- to get a better fucking job, one that pays me something closer to what I'm worth and leaves me some energy/motivation/essence vitale for other things

I don't even want to talk about it.

(Although I will say that the Fnorders job has gotten a lot easier since I wrote this, which helps. So it's not a complete failure. But that's a pretty sorry excuse for consolation.)
- to sell my car
- to get a bike, and to start using it

So far laziness has prevailed, and my car remains parked outside my house. However, with summer upon us and gas at $4/gal., these are now top priorities. It's time anyway.
- to register to vote, and get an Oregon driver's license

Half credit for this one -- I'm registered to vote, but I'm still carrying my Mississippi license. This is technically illegal. But spending a day at the DMV is a powerful de-motivator.
- to move a few people past the acquaintance stage and into casual friendship

Friendships have been tricky territory since I got here -- some I'd have liked to establish failed to take root due to circumstance, and some that were seemingly strong have started to founder. There's been some delight in new people, and grief over others. So it's been a mixed bag. And while I've theoretically managed this one, I can't bring myself to regard it as complete -- it's something I'd carry over regardless, since there are always more interesting people around. I have an actual plan now to get myself in contact with more new people and expand my social circle some more.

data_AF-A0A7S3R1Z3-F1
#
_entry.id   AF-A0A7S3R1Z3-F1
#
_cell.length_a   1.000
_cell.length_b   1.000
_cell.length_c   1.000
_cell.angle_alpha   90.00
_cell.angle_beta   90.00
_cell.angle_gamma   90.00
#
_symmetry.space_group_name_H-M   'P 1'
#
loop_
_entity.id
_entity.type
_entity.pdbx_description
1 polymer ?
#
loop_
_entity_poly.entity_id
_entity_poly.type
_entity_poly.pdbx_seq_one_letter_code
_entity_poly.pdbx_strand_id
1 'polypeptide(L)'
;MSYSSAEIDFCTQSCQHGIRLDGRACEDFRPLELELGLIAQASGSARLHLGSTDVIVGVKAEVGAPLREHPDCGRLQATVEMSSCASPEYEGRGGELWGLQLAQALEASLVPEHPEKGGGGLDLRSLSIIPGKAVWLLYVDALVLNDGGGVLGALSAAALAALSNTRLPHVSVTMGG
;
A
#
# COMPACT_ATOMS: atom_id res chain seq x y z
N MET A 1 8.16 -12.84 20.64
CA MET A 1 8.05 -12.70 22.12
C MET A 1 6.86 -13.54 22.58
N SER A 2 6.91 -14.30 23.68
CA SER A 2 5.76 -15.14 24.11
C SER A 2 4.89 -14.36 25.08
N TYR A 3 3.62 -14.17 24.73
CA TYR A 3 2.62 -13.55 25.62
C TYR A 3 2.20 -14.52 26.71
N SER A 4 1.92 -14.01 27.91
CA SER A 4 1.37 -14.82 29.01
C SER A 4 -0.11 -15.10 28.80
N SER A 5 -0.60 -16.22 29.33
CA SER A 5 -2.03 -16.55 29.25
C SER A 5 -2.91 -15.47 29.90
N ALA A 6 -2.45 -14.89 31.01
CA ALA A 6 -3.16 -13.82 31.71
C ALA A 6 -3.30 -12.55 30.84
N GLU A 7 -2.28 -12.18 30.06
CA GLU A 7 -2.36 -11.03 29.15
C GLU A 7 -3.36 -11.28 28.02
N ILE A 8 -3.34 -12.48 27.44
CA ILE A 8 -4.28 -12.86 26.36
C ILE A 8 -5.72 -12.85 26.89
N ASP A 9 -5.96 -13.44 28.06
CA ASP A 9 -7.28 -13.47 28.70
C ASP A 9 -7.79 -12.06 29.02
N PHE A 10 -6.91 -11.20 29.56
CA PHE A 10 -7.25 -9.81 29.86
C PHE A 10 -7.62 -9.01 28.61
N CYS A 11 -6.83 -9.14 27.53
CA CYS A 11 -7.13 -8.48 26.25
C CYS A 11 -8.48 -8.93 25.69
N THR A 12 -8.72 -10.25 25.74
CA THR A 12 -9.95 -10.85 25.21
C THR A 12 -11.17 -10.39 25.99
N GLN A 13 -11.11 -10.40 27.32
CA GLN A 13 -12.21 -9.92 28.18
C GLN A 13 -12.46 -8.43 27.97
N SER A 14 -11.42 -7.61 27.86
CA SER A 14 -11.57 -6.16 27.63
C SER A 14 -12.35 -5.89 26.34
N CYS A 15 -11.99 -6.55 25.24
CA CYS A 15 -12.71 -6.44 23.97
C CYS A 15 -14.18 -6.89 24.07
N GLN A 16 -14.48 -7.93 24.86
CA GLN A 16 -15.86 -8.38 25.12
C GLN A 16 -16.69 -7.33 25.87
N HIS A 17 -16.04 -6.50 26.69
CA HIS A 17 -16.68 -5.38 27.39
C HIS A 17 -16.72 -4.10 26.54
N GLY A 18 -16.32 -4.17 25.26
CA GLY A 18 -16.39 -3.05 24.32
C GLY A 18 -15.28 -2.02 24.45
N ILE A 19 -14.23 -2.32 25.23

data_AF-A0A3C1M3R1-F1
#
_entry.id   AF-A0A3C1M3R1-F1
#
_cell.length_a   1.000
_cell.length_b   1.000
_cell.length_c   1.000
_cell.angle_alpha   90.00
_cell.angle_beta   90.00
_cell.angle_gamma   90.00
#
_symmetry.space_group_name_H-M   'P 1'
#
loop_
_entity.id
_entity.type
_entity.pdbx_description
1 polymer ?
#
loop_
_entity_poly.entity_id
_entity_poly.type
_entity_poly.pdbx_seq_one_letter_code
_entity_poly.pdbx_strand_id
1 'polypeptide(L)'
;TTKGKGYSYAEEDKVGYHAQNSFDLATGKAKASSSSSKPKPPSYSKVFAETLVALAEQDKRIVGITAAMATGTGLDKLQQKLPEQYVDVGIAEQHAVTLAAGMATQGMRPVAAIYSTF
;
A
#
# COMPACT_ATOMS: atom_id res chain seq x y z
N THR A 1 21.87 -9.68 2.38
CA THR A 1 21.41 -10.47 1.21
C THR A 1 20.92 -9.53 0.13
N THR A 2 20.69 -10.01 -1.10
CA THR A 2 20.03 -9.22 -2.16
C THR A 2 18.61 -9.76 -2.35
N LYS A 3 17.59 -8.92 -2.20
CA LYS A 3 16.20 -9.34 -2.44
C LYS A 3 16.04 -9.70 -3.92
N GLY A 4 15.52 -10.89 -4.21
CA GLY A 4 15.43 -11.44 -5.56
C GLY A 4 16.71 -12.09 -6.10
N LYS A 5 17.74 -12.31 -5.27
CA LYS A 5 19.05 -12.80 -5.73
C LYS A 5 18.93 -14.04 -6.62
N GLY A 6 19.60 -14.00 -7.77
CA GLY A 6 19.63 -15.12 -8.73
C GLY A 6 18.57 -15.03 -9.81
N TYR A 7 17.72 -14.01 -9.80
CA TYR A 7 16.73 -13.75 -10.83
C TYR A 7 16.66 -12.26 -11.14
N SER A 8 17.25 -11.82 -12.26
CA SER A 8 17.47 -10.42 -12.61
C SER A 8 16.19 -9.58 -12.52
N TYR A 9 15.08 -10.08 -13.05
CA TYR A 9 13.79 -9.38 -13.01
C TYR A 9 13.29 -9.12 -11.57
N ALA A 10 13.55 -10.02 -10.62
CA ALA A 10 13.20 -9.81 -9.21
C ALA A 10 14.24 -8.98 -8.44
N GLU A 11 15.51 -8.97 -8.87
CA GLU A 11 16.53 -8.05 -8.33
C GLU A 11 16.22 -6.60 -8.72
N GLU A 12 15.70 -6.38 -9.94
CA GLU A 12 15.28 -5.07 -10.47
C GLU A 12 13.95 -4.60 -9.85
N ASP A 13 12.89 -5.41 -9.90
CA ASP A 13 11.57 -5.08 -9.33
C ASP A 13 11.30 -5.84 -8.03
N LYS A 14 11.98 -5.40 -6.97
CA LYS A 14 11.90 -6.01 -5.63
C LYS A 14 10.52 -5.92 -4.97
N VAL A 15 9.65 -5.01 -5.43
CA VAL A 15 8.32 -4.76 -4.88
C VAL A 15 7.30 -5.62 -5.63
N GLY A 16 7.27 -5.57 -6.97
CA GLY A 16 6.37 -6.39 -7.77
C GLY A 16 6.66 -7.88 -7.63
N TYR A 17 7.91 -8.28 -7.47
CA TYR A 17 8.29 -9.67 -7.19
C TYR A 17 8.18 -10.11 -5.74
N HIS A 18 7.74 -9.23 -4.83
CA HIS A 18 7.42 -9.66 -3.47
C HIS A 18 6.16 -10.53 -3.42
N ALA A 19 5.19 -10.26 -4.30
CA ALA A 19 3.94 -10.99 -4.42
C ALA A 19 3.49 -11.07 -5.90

- to bake bread again

Nope, not yet. I should, though.
- to go see a movie. Just one. I don't even care what it is.

Check.
- to go to a show, ideally by one of these awesome local bands I keep hearing about

Check.
- to get a pair of more water-repellent shoes.

And check.
And I want all that by, say, June. Think I can do it?

Apparently not. But there's no point in getting frustrated by it, so I'll just acknowledge and move on to the next thing. And obviously this doesn't take into account all the small things that happened that I didn't plan to do, but were still cool. I've got four months until my one-year anniversary in Portland. So, my new agenda:

- get this goddamn film DONE
- replace my car with a bike
- find, say, half a dozen or so new associates, ideally people who have nothing to do with Fnorders or filmmaking
- start working on my skillz, whether as part of a formal project or not; and the specific skillz to be worked on TBD, depending on my fancy at the moment.
- bake bread again

We'll see how it goes, I guess. Who knows what might happen?
3:40 PM ::
Amy :: permalink